Decaf vs Caffeine Free Teas

Decaf vs Caffeine free teas

Do you want to reduce caffeine intake or avoid it completely? Feeling a bit lost on which teas to choose? Should you stick to caffeine-free teas? Or do teas sound like a good option? Are caffeine-free teas and decaf teas the same thing? Decaf vs caffeine-free teas – which should you choose?

Let's first explain the difference.

caffeine free vs decaf tea

What are caffeine-free teas?

Caffeine-free teas are all teas that are naturally . This means, if you were to harvest and dry yourself, you wouldn't need to do anything to remove the caffeine.

All real teas come from the plant, and they all naturally contain caffeine. All other teas – – may or may not be naturally caffeinated. Most tisanes are naturally caffeine free and only some will contain caffeine. Some of the naturally caffeinated plants are South American yerba mate, guayusa, yaupon, cocoa bean, guarana, etc.

All real teas – white, yellow, green, oolong, black and dark will contain caffeine. Almost all tisanes (that is, non-Camellia sinensis) will be naturally caffeine-free. And only some tisanes will contain caffeine.

What are decaf teas?

Decaf teas are real teas made from Camellia sinensis plant that went through a process of decaffeination which removes a naturally occurring caffeine from the tea leaf. Caffeinated tisanes are usually not available as decaf teas. All non-caffeinated tisanes are simply called (caffeine-free) tisanes, rather than decaf tisanes. If you see a word decaf, it will imply there were decaffeination processes involved when making a certain tea.

So why would you want to remove caffeine from Camellia sinensis tea leaves and not from other caffeinated plants? Why is there no such thing as decaf guayusa or decaf guarana? There are many answers to this question.

Decaf vs caffeine-free teas – differences

First, Camellia sinensis is a cultural drink, same as coffee is. It's a healthy drink too, that may offer an entire array of benefits that differ from benefits of tisanes.

1. Health benefits

Potential health benefits of real teas will differ from potential health benefits of tisanes. All real teas will offer similar benefits, with some differences among different types. However, every tisane will have its own traditional use and a distinct set of potential benefits.

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There are different methods of removing caffeine from tea leaves. Some methods will impact catechins more than the others and may significantly reduce the total catechin content in tea leaves. This means that the potential benefits will be lower too.

For example, enjoys a reputation of a healthy drink because of a high catechin content and is mostly a cultural drink. So, it shouldn't come as a surprise that black tea is more commonly decaffeinated than green. Decaf oolong is more difficult to find, and decaf white tea is quite an exception. Some studies suggest decaffeination may significantly reduce catechins from tea leaves (1).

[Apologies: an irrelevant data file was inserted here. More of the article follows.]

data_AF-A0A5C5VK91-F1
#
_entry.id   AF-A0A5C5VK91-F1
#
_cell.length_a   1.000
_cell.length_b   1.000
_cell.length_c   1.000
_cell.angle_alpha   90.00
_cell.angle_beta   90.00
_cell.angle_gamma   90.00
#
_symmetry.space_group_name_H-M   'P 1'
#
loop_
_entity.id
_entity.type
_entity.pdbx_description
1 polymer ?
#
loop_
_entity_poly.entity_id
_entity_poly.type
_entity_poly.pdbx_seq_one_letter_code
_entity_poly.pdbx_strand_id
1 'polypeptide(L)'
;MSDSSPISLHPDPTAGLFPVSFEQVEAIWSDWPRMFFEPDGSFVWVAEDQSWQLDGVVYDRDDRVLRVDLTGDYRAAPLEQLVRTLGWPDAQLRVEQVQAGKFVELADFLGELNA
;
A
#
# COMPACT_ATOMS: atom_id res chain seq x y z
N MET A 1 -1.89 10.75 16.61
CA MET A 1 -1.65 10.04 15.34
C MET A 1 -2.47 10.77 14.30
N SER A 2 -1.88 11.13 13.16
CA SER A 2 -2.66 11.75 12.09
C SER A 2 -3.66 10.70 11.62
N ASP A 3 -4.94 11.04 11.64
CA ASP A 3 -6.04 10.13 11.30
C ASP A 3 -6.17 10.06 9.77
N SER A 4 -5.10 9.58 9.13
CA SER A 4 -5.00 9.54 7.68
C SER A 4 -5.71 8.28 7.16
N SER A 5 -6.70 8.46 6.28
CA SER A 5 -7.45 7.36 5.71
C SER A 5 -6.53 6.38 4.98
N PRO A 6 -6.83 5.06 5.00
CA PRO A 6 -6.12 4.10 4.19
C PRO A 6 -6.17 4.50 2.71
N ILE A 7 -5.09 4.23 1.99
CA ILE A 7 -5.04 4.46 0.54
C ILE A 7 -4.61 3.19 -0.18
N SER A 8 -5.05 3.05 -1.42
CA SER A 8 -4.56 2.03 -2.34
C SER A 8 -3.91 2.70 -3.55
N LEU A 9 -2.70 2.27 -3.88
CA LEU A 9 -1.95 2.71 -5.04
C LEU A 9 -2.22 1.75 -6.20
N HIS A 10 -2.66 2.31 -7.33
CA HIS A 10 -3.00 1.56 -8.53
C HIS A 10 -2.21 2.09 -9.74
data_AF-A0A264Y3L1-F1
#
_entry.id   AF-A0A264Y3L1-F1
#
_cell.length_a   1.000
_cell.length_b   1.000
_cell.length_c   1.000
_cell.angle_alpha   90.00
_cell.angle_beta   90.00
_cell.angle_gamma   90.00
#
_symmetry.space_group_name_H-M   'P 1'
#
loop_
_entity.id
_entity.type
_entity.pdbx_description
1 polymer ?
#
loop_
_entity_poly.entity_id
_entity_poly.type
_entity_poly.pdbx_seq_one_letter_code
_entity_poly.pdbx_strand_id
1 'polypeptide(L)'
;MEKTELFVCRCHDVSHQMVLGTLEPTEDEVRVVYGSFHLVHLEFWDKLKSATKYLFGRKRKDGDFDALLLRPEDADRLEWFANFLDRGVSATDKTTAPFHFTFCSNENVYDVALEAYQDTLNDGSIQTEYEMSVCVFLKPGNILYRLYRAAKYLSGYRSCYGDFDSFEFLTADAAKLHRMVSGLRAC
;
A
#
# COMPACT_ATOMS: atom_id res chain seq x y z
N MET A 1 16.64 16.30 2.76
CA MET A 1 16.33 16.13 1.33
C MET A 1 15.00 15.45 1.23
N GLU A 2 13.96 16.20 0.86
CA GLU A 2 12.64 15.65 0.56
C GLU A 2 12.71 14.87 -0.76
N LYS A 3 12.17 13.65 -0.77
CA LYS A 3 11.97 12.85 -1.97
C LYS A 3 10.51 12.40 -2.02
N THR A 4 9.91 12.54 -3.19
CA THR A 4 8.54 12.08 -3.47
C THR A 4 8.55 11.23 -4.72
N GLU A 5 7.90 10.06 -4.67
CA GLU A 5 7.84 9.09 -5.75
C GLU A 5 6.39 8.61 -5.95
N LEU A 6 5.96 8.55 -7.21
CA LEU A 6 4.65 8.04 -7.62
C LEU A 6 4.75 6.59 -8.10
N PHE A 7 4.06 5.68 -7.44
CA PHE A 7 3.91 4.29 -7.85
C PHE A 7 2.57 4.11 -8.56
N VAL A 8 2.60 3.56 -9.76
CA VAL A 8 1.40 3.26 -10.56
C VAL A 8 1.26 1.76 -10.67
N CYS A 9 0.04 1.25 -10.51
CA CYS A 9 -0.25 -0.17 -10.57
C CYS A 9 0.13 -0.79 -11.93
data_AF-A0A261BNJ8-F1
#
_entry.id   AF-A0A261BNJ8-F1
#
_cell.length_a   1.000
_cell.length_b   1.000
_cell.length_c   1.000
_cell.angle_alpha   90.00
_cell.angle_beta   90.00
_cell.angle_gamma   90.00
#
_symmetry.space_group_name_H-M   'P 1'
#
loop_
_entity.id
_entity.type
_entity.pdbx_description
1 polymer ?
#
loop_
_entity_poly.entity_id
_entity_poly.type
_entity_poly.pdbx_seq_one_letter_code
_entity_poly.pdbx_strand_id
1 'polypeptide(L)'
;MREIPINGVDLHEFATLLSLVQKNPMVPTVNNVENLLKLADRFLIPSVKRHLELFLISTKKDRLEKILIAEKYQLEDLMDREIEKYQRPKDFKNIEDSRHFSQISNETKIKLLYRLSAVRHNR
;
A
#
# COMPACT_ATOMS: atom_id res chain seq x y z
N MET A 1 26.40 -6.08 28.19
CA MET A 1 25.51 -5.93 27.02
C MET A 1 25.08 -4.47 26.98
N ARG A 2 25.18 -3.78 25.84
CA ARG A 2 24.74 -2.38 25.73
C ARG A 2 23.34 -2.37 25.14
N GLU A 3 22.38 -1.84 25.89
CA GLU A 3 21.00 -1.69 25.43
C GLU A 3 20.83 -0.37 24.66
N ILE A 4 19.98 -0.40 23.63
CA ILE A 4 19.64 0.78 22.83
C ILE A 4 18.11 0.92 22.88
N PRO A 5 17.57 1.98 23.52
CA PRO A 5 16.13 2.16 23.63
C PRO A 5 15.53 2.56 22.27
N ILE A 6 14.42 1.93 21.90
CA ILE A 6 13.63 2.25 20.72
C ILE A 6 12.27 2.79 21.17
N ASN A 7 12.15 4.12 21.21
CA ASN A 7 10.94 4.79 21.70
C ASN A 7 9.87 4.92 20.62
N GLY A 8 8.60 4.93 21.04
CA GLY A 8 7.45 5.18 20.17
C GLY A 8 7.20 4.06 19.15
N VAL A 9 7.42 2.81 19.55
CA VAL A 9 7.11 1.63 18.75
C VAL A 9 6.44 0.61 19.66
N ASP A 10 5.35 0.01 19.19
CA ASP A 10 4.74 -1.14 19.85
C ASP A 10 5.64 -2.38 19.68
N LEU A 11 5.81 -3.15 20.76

Since there is no decaffeination process involved with tisanes, the content of beneficial compounds will stay the same.

Should this be of a concern if you are drinking tea mainly for benefits? Yes, and no, as the total amount of catechins extracted from tea leaves will depend on many factors. Your decaf tea may have more catechins that some other non-decaf tea, and vice versa. It's still good to know which decaf process was used as some techniques are better (and healthier) than others.

Let's get back to the previous example. A native Amazonian plant, guarana, has 4 times more caffeine than coffee bean (2). And that's exactly its main purpose — to provide energy. Guarana is rich in catechins and may provide other benefits too, but because of its bitter flavour, it tastes better when mixed with other ingredients or as a supplement. Coffee is bitter too, and there is still decaf coffee out there. That's because coffee is a world-wide cultural and social drink, just like Camellia sinensis tea, which is not the case with guarana.

2. Flavour differences

The process of decaffeination may change the flavour of tea and some decaf teas may taste blander. Maybe you heard that decaf coffee and teas taste bland, and that could be correct. A study on sensory characteristics of decaf green teas showed that even the most favourable CO2 decaffeination method will impact the flavour (3). The final flavour will depend on the process of decaffeination and tea processing techniques. But if you were to do a blind tasting and didn't know which tea types you are trying, there's a high chance you wouldn't be able to tell its decaf or not.